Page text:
Beautiful and smiling,

Someone who’d adore her unconditionally.

Then she found out

That I wasn’t perfect.

I had a club foot

And a cleft palate.

I wouldn’t be beautiful

When I was born.

So she decided

To get rid of me.

Just like that.

She didn’t want a baby that wasn’t perfect,

So she started making arrangements.

What could I do?

There was only one way out.

To be born.

Babies decide when they want to be born.

I decided the time was now.

I was still still small,

And really needed the extra time in the womb.

But it was now or never.

When I arrived the doctors and nurses looked at me.

They didn’t seem worried

About my club foot and cleft palate.

“We’ll soon fix those,” I heard them say.

“No problem these days.”

My mother still didn’t want me,

An imperfect baby,

But others did.

Crowds of them.

To them I was beautiful

With just some minor faults

That could be easily fixed.

I was lucky,

I got out in time.

Others have not been so lucky,

They were still too small to be born,

Or didn’t realise the urgency.

But why should it make such a difference

Whether we’re in the world or still in the womb?

We are still babies

And should have the right to live,

And be treated just like others

Who aren’t completely  perfect.

 

Written by

Eileen Morrison


Tragic Decision in Northern Ireland

December 6, 2015

A truly sad decision for unborn children occurred last week.  Here is SPUC’s take on the situation and what the future might hold for abortion legislation.

BELFAST 30 November 2015: The Society for the Protection of Unborn Children (SPUC), the UK’s leading pro-life organisation, says that the ruling by the High Court that Northern Ireland’s ban on abortion breaches human rights is “dangerously flawed”.

SPUC is calling on the Attorney General to work with pro-life groups to mount a robust appeal against the judgement.

Earlier this year the Northern Ireland Human Rights Commission applied for a judicial review of the law. The Commission claimed that the law, which prohibits abortion, violates the European Convention on Human Rights because it does not make exceptions for children who are disabled or whose mothers had been victims of rape or sexual assault.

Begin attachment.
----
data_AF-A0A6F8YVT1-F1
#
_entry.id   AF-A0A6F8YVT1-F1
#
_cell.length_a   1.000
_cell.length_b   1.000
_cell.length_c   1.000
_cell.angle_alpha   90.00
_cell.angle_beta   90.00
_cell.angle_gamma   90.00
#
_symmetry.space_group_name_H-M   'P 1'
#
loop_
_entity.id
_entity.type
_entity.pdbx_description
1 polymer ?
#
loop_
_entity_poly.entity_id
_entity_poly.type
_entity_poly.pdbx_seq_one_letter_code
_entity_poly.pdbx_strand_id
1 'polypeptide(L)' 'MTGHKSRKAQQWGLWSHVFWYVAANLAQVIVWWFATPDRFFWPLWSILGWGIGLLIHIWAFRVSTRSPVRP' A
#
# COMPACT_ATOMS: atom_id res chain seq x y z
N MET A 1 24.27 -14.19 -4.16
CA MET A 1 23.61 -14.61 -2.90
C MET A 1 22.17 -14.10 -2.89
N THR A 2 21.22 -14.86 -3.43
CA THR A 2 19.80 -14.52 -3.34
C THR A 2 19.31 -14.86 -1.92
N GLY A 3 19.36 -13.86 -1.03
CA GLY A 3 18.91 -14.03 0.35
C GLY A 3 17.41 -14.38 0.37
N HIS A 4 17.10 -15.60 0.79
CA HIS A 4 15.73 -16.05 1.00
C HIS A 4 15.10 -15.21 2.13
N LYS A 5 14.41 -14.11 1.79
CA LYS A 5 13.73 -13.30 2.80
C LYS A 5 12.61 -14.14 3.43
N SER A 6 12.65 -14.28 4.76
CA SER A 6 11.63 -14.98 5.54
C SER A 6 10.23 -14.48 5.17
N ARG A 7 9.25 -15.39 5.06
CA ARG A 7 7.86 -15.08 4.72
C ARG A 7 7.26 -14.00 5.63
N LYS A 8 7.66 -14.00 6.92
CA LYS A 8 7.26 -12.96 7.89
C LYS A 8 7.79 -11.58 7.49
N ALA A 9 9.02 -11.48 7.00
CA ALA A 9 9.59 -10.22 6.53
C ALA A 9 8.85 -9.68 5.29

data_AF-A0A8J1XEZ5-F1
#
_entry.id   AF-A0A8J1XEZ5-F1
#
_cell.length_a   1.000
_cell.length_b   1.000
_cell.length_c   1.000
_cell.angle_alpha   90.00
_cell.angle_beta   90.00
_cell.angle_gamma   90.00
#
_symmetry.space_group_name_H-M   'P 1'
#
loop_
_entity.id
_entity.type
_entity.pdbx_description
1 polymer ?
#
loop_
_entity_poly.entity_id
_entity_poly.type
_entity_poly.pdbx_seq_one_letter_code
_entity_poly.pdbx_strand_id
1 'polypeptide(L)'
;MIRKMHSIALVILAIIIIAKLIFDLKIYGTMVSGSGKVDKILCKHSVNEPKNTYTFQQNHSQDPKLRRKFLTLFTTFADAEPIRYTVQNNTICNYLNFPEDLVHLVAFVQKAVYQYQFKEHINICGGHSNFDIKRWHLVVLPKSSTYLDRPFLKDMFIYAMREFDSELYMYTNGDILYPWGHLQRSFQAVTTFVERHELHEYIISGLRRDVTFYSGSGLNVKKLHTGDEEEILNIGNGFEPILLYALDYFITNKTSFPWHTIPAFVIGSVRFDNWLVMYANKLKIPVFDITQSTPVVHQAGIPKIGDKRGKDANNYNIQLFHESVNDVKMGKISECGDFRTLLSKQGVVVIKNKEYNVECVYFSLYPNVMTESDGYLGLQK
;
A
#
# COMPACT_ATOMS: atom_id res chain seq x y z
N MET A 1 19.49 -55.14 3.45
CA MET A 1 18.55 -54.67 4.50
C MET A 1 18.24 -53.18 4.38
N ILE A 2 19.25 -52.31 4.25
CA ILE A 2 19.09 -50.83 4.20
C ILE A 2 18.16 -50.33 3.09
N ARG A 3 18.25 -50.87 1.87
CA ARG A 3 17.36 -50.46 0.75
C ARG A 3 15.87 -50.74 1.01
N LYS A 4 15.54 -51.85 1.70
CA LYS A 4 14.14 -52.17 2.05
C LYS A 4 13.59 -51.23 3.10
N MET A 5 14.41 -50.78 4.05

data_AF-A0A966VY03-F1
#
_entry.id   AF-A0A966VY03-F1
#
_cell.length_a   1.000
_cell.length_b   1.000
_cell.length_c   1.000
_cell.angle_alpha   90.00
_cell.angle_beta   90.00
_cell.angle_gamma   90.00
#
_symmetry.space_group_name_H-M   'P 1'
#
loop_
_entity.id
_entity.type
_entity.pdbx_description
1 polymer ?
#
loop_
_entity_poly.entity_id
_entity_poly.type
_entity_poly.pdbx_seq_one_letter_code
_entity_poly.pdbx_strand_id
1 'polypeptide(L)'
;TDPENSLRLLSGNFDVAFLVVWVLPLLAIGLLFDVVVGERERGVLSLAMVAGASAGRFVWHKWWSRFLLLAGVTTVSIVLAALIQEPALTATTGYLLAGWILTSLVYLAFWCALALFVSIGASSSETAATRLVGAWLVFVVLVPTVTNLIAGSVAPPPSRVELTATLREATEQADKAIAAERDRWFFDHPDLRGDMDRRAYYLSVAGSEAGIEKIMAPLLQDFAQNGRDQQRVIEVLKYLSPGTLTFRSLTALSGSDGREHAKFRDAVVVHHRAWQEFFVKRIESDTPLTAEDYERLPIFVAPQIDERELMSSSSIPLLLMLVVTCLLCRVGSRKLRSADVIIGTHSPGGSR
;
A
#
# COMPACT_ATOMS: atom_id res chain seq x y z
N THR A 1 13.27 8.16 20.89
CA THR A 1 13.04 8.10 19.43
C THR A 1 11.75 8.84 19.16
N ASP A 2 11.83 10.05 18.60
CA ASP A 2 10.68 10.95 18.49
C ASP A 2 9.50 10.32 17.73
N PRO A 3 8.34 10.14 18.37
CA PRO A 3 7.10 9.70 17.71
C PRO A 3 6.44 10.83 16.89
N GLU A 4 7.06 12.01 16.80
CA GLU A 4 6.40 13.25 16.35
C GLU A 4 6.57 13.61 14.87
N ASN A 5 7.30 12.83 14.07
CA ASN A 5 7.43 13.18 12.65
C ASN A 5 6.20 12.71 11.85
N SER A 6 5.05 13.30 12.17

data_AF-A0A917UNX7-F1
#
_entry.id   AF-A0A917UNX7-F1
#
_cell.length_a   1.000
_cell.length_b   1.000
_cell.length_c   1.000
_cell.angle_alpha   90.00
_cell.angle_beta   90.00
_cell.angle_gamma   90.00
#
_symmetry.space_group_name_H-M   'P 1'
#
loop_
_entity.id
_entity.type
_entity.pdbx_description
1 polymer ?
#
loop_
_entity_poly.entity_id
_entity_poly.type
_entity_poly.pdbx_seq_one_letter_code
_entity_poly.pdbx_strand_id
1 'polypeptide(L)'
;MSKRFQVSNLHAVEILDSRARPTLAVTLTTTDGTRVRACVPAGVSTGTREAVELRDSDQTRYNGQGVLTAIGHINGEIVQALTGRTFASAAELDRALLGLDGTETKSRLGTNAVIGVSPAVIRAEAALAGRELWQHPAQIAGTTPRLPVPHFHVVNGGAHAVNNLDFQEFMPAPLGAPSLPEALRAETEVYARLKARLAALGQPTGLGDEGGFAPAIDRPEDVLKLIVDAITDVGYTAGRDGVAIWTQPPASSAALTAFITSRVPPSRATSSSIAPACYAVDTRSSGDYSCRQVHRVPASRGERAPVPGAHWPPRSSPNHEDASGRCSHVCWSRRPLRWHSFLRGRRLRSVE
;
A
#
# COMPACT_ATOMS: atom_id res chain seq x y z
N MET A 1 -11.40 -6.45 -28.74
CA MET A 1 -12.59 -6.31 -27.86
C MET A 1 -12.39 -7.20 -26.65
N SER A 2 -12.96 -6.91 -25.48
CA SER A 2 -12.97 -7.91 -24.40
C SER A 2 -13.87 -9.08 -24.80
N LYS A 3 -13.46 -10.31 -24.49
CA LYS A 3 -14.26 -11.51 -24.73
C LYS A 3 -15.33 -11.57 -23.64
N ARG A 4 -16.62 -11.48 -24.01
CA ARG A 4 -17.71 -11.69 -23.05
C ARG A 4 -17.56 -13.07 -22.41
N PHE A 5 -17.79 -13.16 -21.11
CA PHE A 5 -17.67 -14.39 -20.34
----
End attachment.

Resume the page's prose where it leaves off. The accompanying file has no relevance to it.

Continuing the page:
Liam Gibson, the Northern Ireland development officer for SPUC, which intervened in the case, said:

“The ruling by Judge Mark Horner is dangerously flawed. The judge misrepresented the protection of children before birth in case law and statute law in Northern Ireland. He also confused the separate legal issues of viability and the capacity to be born alive.”

Liam Gibson continued:

“Not one universal human rights treaty recognises a right to abortion. However, the right to life is shared by all members of the human family. The Declaration on the Rights of the Child (DRC) acknowledges that ‘the child, by reason of his physical and mental immaturity, needs special safeguards and care, including appropriate legal protection, before as well as after birth’. The DRC explicitly states that the need for such special safeguards is ‘recognised in the Universal Declaration of Human Rights’.”

The greatest strength of SPUC’s campaign in Northern Ireland over the past several decades has been the united opposition to abortion by the overwhelming majority of the community by Catholics and Protestants alike. May that unity, supported by prayer, grow ever stronger as we work to restore the protection of the law for unborn children, the most persecuted group of human beings in world history.